I went on one night when not a creature was stirring, not even a mouse.
I clicked on "Search by Brand" or something like that and went through all the names of manufacturers I knew were in the house.
Funny how many of the toys other people across the country are checking are also in my cabinet. Good marketing...
Anyways, the chlorine/PVC is what scared me the most. I got rid of anything Oriental Trading Co. or questionable as to origin. Any toy whose color came off in Mr. Mischief's mouth was scraped as well as random crap I just didn't want.
The few, the brave, the "I can't part with that" included the "Who Loves Baby?" photo book that I've given to everyone I know (sorry) and the Fascination Stations by Sassy. The photo book has a clear vinyl slip for each photo and the Fascination Station has vinyl INSIDE one of the circles. I love the photo books and so do the boys. I just won't let them eat it anymore.
We'll see when they hit puberty.
I also went through ALL of the toys, pulled any that I could call the manufacturer about and kept any that were cited as safe on other websites such as http://www.zrecs.blogspot.com.
Check out this article from BabyCenter as well.
Tips for toy safety Reviewed by the BabyCenter Medical Advisory Board Last updated: September 2007
Highlights General guidelines Specific hazards to watch out for
Toys are the treasures of childhood, as long as they're chosen with care. But are toys really hazardous?Consider the year 2004: In that year, an estimated 210,300 toy-related injuries were treated in U.S. hospital emergency rooms. Seventy-seven percent (161,100) of the injuries involved kids under 15 years old, and 35 percent (72,800) involved kids under 5. Also in 2004, 16 toy-related deaths of kids under age 15 were reported to the U.S. Consumer Product Safety Commission (CPSC).
General guidelines • Suit the toy to your child's development. Most toys bear a "recommended age" sticker, which should be taken as a starting point in the selection process. Be realistic about your child's abilities and level of maturity when choosing an age-appropriate toy. Toys that have projectiles, for example, are never suitable for a child under age 4 — and even some 6-year-olds aren't mature enough to handle them. Likewise, if your 3-year old still puts everything into his mouth, continue to steer clear of toys and games with small parts and pieces.• Think big. Until your child turns 3, toy parts should be bigger than his mouth to avoid the possibility of choking. To determine whether a toy poses a choking risk, try fitting it through a toilet paper roll. If a toy or part of a toy can fit inside the cylinder, it's not safe.• Avoid heavy, tippy toys. Could your child be harmed if it fell on him? If so, pass.• Look for toys that are well put together. Make sure tails are securely sewn, seams of stuffed animals are reinforced, and paint is not peeling. Stuffed animals should also be free of buttons, yarn, ribbons, and anything else your child could yank off and put in his mouth.• Make sure your child's physically ready for the toy. For example, parents may buy a bike one size too big so as not to have to buy a new bike the next year. This tactic can lead to serious injury if a child doesn't have the physical skills to control the bigger bike.• Check the condition. Used toys passed down from older relatives or siblings or bought at yard sales can be worn or frayed. Examine all new or used toys for possible dangers.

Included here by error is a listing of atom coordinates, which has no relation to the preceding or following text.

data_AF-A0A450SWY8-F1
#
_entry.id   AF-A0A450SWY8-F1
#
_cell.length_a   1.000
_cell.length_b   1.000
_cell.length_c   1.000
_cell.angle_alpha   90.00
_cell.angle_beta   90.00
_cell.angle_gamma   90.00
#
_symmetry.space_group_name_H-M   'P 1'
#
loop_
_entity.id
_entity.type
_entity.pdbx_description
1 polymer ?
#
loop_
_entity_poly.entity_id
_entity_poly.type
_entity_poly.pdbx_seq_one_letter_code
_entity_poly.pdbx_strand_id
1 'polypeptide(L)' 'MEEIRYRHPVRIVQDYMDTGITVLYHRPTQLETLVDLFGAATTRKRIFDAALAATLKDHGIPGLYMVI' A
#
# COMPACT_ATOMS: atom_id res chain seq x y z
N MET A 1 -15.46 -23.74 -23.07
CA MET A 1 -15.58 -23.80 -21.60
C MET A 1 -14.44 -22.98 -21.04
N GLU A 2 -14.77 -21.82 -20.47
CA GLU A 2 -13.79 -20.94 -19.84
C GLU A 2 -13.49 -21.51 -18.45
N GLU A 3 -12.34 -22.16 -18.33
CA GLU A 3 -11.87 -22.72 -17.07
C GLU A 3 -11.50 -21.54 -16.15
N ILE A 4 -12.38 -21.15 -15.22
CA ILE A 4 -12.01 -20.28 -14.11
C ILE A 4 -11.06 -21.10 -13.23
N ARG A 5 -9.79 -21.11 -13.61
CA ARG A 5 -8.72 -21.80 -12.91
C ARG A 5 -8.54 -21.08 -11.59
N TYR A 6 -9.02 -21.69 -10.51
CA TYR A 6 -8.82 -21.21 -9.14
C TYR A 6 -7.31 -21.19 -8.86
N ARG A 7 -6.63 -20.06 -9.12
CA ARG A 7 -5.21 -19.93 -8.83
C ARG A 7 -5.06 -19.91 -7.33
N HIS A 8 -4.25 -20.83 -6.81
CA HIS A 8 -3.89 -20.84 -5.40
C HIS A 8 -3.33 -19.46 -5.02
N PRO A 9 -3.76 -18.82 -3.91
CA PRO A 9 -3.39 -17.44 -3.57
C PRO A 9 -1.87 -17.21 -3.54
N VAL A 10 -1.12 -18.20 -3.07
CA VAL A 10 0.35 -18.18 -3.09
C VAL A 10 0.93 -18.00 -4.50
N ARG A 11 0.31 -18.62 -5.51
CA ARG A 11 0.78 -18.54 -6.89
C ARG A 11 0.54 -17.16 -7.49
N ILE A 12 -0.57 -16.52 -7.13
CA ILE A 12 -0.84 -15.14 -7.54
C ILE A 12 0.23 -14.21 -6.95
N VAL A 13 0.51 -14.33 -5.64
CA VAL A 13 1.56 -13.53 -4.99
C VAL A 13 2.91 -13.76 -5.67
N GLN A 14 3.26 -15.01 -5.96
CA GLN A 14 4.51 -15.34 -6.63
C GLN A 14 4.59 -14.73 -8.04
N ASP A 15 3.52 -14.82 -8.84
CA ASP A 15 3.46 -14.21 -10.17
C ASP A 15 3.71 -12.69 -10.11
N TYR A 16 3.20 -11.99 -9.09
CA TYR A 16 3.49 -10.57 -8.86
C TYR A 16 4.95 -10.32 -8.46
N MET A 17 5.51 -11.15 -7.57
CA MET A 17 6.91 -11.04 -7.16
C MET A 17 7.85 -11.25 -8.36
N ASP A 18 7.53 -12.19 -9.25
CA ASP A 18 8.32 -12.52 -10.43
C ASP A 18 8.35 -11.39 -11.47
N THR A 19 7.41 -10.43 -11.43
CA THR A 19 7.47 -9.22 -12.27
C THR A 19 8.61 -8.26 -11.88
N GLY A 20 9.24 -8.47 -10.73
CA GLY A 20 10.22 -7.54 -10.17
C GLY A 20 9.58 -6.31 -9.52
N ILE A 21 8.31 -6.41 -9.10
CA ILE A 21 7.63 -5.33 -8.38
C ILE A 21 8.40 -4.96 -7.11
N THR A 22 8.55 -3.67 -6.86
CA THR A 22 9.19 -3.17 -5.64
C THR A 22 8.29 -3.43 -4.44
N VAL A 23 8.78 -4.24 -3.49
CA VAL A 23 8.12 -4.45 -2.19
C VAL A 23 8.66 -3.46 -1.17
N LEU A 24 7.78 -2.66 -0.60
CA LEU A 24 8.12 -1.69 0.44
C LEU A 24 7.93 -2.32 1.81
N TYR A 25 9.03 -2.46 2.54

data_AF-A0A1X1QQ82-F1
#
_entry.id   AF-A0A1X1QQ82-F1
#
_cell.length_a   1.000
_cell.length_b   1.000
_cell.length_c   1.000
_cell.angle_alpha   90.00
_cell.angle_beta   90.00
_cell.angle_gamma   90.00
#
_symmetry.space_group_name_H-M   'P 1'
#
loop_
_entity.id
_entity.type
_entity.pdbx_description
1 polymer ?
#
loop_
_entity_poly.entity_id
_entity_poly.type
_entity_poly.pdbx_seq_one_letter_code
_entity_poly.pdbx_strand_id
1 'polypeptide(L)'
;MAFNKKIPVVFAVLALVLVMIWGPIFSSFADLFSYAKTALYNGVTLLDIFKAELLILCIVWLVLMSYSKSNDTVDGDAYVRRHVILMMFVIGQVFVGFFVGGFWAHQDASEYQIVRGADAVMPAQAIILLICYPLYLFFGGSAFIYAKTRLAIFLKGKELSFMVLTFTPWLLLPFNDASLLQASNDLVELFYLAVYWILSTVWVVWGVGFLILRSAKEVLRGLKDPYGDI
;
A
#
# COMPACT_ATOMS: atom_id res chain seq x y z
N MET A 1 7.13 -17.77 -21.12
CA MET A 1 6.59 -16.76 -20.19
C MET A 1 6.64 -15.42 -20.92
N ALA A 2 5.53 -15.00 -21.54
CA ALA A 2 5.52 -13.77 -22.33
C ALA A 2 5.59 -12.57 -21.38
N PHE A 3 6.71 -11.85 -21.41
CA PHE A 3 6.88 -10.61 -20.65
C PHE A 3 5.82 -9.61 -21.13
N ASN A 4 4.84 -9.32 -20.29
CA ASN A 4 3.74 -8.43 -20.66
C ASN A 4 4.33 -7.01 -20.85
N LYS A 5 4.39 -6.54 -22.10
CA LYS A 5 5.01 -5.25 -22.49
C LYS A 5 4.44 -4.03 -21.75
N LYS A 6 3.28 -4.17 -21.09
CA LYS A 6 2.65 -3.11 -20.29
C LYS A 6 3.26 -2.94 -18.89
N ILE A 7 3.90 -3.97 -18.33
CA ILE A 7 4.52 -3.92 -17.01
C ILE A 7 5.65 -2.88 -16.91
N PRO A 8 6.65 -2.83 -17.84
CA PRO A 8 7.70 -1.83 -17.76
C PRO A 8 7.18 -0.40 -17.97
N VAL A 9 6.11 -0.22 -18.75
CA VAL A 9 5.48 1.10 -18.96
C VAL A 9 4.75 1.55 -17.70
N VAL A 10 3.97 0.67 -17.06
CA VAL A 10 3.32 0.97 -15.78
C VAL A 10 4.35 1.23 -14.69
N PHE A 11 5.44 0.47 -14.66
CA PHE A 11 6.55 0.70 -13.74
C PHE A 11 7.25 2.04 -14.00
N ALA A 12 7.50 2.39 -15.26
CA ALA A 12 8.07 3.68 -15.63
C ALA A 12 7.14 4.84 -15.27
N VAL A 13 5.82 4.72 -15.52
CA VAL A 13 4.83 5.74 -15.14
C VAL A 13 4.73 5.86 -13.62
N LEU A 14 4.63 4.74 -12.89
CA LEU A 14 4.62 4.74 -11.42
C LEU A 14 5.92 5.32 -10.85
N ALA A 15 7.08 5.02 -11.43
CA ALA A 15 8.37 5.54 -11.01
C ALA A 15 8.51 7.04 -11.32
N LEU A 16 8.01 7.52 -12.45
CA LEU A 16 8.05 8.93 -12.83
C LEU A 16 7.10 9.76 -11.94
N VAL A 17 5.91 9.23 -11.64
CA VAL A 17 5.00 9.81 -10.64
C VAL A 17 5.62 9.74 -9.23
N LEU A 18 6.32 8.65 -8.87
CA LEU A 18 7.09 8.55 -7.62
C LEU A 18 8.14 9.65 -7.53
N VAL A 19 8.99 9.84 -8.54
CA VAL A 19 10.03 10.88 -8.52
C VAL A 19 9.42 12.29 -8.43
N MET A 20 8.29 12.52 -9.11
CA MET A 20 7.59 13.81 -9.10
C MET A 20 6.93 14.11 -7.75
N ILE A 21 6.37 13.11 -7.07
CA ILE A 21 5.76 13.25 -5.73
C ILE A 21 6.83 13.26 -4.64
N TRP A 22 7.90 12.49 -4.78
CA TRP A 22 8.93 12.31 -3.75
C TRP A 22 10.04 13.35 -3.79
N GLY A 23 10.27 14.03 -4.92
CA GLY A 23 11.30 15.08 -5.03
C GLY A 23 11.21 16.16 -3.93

Specific hazards to watch out for • Toys that use small magnets. In 2007, the CPSC named magnets the #1 hidden home hazard. Small, powerful magnets are often used in toys, and may fall out of the toy and be swallowed by a child. Two or more swallowed magnets (or a magnet and a metal object) can be attracted to each other through intestinal walls, causing twisting and pinching of the intestines, holes, blockages, infection, and worse if not discovered and treated promptly. As of August 2007, one death and 86 injuries from magnets had been reported to the CPSC, and 8 million magnetic toys had been recalled. The agency recommends keeping toys with magnets away from kids under 6 years old.• Toys with a string or cord longer than 12 inches. A cord can too easily be wrapped around a young child's neck, causing strangulation. Be particularly vigilant about older toys. For example, an older model of a popular play kitchen may have a phone attached with a potentially deadly cord, while the latest model of the same kitchen has the more current and safer cordless phone.• Balloons. Uninflated balloons and pieces of broken balloons pose a choking hazard. Keep them out of reach of kids younger than 6.Older kids' toys. Whether you have older kids at home, older kids are visiting and they bring their toys, or you're at someone else's house, make sure all the playthings your child can get his hands on are age-appropriate.